Baptists Fined, Jailed for Unapproved Worship in Uzbekistan - Word&Way

Baptists Fined, Jailed for Unapproved Worship in Uzbekistan

A court in the southern city of Karshi, Uzbekistan, has punished four members of a Baptist congregation for meeting for worship without state permission. One Baptist was jailed for five days after pointing out that he and his fellow Baptists did not break the Constitution or international human rights law, and the other three were fined several days’ average wages. The Judge illegally did not specify exactly what part of the law the Baptists had broken.

“Each time they come they film us and record our names,” Nabijon Bolikulov told Forum 18 after his release from a five-day jail term. “And then they gradually punish our people whose names they record.” During his trial, the judge told Bolikulov: “Do your prayers at home. It is against the law of our state to meet for worship without state registration.”

Exercising freedom of religion and belief with others without state permission in Uzbekistan is illegal, including sharing any beliefs with anyone, and meeting with others for worship or the study of sacred texts in homes. “Law enforcement” officials raid with impunity people of all faiths meeting together to exercise freedom of religion and belief. Those taking part in such meetings are very often threatened, detained, subjected to violent physical assault and torture, given large fines, and have religious literature – including Islamic texts and the Bible – confiscated and destroyed.

In Urgench, located in the northwestern Khorezm Region, two officers from the local police Department for the Struggle with Extremism and Terrorism broke into the home of a Saidjon Urazov, a Protestant believer. They handed him an official warning that he must not participate in unlawful religious meetings, must not keep religious literature in his home, must not teach religious doctrines, and must not violate the Religion Law. Local Protestants pointed out to Forum 18 that the warning given to Urazov is itself illegal.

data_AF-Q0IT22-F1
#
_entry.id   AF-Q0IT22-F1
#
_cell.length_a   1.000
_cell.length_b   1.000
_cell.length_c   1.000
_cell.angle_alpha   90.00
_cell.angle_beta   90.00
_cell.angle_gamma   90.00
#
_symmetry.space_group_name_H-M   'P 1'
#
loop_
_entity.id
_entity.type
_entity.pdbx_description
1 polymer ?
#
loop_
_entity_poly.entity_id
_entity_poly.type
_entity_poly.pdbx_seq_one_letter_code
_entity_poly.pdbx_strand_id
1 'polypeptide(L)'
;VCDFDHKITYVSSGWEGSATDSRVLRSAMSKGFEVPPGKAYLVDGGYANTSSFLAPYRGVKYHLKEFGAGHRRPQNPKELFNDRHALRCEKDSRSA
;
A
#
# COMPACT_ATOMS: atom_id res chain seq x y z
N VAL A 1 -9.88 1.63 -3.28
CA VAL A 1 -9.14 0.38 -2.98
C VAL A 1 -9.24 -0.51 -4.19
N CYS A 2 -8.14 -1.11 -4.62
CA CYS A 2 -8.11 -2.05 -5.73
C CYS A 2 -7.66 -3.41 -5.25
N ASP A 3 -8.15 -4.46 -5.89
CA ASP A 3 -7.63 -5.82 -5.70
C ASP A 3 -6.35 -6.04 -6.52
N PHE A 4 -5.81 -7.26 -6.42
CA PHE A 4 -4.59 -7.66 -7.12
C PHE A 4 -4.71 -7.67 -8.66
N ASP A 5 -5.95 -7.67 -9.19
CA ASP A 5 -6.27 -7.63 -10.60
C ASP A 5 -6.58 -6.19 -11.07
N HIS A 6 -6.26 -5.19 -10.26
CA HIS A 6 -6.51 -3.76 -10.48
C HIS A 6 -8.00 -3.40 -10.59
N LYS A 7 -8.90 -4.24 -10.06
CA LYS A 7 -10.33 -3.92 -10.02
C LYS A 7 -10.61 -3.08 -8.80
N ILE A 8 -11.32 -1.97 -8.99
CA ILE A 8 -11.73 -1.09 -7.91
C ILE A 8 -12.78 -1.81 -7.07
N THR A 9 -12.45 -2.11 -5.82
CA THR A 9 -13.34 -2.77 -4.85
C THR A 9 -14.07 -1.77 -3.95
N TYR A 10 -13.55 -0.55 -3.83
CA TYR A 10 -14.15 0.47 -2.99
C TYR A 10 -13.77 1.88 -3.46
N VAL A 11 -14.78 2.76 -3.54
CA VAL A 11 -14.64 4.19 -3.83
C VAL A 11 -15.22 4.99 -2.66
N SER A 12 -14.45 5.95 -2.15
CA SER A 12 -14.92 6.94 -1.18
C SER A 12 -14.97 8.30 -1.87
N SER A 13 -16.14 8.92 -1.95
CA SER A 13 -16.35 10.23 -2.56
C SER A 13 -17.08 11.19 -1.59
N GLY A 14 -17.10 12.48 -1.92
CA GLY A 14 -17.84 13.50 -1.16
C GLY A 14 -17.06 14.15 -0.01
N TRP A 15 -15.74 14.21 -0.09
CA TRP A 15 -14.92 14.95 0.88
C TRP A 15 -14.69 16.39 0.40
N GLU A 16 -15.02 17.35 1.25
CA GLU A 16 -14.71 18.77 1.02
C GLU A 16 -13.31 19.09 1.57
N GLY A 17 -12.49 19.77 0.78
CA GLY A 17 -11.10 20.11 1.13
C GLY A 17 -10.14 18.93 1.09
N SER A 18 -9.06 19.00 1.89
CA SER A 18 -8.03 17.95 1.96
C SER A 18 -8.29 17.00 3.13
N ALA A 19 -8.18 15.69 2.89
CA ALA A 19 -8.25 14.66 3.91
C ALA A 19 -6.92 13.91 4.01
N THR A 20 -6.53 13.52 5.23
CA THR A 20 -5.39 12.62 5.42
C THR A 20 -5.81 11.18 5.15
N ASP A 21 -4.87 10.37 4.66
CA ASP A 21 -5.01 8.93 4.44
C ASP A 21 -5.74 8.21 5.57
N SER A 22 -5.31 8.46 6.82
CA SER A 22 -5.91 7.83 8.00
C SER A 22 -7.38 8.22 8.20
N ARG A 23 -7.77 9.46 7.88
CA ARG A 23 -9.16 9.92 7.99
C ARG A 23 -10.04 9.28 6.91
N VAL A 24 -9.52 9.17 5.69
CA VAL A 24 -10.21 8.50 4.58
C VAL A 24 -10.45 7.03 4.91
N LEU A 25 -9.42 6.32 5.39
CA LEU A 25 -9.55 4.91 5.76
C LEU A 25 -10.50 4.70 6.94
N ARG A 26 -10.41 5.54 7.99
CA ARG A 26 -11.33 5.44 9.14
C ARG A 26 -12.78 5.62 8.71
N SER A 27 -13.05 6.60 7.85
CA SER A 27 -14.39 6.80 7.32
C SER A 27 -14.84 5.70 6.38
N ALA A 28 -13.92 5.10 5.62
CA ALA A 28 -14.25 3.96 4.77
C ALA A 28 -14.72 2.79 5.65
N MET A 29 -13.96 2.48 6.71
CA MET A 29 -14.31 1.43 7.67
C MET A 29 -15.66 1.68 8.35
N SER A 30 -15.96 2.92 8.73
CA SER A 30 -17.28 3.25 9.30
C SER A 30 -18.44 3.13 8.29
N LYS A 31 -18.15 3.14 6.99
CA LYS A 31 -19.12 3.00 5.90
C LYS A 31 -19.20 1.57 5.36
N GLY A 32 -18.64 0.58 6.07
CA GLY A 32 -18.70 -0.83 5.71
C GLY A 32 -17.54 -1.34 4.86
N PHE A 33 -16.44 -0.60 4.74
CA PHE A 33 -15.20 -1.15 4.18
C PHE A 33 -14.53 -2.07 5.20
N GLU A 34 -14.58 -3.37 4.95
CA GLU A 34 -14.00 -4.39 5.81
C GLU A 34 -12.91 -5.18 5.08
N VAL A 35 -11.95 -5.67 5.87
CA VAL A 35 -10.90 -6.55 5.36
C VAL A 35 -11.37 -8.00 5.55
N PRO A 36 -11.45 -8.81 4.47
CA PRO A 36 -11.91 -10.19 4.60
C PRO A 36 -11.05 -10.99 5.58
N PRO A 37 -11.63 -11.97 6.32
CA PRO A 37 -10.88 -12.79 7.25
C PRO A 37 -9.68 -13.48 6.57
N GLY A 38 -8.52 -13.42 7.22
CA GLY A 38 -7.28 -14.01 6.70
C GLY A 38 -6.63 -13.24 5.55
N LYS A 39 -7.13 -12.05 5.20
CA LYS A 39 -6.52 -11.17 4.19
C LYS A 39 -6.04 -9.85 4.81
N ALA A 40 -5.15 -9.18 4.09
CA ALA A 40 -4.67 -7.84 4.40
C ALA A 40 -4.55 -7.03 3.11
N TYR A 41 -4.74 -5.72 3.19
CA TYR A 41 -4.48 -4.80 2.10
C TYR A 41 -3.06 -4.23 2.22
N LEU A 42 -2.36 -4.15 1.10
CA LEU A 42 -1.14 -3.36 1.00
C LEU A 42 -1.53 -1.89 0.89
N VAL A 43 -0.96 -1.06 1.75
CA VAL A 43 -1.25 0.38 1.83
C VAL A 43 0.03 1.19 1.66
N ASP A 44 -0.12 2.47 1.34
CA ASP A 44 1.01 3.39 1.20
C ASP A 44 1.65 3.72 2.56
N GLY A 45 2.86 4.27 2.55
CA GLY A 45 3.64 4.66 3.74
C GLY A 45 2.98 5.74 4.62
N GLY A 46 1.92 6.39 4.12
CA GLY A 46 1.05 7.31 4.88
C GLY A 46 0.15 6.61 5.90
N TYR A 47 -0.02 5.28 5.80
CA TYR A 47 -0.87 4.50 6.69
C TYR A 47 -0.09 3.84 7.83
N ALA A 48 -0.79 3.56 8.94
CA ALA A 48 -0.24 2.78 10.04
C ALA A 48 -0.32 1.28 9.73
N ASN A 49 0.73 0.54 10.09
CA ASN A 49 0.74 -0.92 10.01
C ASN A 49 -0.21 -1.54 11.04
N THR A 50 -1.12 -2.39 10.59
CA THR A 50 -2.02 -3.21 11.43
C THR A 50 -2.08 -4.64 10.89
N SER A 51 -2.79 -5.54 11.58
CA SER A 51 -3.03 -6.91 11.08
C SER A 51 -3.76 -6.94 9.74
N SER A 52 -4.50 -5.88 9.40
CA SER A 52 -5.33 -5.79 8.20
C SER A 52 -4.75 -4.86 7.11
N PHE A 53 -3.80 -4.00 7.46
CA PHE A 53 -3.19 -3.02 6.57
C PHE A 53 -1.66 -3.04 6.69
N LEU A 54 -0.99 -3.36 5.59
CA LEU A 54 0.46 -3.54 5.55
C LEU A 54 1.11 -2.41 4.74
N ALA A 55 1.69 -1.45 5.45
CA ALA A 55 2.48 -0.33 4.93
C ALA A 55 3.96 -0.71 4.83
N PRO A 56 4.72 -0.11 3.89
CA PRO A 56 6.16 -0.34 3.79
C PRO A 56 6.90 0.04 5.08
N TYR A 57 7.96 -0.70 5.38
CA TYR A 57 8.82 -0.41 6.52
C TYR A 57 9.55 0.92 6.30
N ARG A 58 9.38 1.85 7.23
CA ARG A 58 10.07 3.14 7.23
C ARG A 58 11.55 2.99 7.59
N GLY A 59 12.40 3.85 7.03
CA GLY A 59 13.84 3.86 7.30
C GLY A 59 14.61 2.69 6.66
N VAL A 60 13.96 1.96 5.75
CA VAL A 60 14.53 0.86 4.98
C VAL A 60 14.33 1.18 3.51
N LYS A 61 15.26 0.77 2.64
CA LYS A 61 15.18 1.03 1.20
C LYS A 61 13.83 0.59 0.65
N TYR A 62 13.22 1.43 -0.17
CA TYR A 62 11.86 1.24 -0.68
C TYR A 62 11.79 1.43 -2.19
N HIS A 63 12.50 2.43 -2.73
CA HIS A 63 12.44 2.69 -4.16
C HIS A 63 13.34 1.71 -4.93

Another court there lowered a fine illegally imposed on a Protestant, but left unchanged an order that confiscated religious literature including a Bible should be destroyed and her phone confiscated.

And in the capital Tashkent, a Baptist has failed to overturn on appeal an illegal fine and the destruction of a memory chip with family photos. The original court illegally put Alina Chernikova on trial without informing her that a trial was taking place. Both the original court and the appeal court also illegally failed to supply her with copies of their decisions within the legally specified time.

Council of Churches-Baptist congregations exercise their right under international human rights law not to apply for state permission to meet for worship. However, Uzbekistan makes state permission compulsory for exercising freedom of religion and belief.

Jasur Akramov, appointed the Chair of the Religious Affairs Committee on April 18, has evaded answering Forum 18’s questions about why people exercising their freedom of religion and belief continue to be jailed and fined, and also have their own religious literature confiscated and destroyed. He leads a team of 51 Committee officials, according to an April 16 Presidential Decree.

A more detailed report on actions taken by the government of Uzbekistan against worshippers can be found at